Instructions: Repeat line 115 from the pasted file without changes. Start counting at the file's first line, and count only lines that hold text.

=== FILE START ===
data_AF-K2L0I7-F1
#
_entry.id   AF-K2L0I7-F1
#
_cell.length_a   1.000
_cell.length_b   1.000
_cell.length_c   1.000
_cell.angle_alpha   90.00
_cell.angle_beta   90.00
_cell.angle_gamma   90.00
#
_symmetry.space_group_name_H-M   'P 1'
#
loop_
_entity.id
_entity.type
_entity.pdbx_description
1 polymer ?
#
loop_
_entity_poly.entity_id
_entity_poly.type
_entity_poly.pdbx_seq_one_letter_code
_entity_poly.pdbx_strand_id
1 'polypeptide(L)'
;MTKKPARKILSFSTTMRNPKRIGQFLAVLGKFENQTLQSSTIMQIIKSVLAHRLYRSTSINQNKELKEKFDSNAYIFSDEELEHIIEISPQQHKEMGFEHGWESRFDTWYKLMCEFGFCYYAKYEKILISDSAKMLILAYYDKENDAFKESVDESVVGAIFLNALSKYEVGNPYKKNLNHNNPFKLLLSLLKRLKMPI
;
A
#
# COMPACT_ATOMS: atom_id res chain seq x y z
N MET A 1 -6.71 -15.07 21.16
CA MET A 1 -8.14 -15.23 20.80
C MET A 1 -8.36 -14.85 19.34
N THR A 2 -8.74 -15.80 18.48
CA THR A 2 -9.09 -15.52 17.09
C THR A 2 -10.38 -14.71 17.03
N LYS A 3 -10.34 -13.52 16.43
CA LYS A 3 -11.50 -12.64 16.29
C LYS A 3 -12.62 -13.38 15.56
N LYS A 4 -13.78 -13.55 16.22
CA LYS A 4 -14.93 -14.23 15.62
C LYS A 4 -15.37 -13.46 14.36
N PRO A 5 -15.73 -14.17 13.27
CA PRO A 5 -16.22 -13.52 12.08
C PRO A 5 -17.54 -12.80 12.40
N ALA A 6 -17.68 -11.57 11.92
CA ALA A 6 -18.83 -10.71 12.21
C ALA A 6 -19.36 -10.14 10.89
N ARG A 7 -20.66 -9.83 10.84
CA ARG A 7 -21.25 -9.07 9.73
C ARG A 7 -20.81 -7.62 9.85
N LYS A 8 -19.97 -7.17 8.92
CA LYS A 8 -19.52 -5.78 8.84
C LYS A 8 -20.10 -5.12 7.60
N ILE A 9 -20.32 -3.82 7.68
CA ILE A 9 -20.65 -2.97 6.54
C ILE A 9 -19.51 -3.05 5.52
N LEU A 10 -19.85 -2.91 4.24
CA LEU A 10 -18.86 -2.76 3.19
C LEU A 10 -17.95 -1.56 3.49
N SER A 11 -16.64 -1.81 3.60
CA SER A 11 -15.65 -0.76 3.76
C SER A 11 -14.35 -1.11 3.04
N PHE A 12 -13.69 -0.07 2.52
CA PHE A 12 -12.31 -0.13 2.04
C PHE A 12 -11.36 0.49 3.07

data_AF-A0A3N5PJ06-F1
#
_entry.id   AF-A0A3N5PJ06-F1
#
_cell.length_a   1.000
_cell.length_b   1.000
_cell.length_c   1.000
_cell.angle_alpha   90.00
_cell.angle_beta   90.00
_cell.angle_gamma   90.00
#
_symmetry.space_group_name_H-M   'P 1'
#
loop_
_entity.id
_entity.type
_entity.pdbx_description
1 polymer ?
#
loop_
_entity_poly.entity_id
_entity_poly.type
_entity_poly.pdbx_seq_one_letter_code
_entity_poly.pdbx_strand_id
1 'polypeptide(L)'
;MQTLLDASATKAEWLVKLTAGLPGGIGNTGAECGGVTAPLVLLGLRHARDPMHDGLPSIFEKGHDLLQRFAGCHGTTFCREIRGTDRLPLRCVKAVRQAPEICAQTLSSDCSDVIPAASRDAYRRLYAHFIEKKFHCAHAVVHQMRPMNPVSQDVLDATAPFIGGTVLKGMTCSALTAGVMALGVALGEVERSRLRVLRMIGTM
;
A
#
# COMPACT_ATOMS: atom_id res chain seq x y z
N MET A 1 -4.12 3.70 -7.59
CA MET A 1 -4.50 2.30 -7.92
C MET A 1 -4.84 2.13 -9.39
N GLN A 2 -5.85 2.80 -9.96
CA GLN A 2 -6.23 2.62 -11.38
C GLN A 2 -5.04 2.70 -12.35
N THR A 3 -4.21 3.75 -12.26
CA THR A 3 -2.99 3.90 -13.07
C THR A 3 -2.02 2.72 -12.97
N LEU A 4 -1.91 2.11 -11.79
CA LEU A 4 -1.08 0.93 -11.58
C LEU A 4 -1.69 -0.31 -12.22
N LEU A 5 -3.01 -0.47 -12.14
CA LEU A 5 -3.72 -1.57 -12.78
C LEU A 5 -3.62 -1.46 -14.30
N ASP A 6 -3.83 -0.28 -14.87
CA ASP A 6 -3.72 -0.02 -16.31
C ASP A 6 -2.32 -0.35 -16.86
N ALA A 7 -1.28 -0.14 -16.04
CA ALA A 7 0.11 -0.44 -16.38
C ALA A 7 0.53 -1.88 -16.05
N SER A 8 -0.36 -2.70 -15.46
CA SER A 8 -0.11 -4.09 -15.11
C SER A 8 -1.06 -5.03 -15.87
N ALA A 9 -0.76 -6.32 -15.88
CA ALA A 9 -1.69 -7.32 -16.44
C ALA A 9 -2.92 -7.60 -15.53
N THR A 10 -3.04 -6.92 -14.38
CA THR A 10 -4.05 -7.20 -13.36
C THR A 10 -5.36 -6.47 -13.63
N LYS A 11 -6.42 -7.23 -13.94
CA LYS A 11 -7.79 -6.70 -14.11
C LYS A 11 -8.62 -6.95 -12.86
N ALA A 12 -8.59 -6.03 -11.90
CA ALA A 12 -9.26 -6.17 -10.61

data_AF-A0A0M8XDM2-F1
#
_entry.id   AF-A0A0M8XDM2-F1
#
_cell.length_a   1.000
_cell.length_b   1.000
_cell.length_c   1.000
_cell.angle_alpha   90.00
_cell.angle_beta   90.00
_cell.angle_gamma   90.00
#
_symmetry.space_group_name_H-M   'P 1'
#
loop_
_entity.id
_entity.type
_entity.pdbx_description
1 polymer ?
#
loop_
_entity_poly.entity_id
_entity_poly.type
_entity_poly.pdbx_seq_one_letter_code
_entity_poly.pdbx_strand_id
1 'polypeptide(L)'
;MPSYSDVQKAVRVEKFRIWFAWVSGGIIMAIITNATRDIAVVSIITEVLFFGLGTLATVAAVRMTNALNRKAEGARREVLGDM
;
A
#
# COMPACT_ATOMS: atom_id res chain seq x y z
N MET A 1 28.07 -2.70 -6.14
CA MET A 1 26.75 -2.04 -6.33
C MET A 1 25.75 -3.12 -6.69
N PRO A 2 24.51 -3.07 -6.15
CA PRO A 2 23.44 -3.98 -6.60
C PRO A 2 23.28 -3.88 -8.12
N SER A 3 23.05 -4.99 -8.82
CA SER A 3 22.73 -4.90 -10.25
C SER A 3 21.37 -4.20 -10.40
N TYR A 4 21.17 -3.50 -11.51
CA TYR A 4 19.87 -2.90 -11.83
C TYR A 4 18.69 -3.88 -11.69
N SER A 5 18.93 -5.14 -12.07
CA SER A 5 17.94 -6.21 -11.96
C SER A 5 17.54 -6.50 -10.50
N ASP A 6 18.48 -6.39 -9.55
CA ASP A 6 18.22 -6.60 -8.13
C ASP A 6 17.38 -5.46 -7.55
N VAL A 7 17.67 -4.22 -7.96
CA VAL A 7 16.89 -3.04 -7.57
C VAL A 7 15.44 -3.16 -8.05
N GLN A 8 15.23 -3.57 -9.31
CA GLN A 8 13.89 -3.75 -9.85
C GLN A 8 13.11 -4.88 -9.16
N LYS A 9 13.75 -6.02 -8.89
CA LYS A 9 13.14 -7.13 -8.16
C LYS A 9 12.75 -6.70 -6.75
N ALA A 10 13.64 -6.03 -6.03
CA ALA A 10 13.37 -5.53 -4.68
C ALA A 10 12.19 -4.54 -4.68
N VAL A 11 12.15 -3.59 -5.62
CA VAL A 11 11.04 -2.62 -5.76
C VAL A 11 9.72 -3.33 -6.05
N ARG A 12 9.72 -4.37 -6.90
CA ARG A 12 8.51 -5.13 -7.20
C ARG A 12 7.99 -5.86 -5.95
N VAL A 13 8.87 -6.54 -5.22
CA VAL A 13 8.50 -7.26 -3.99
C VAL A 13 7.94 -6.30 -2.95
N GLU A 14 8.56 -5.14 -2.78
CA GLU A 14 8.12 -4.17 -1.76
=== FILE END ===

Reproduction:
N ALA A 7 -1.28 -0.14 -16.04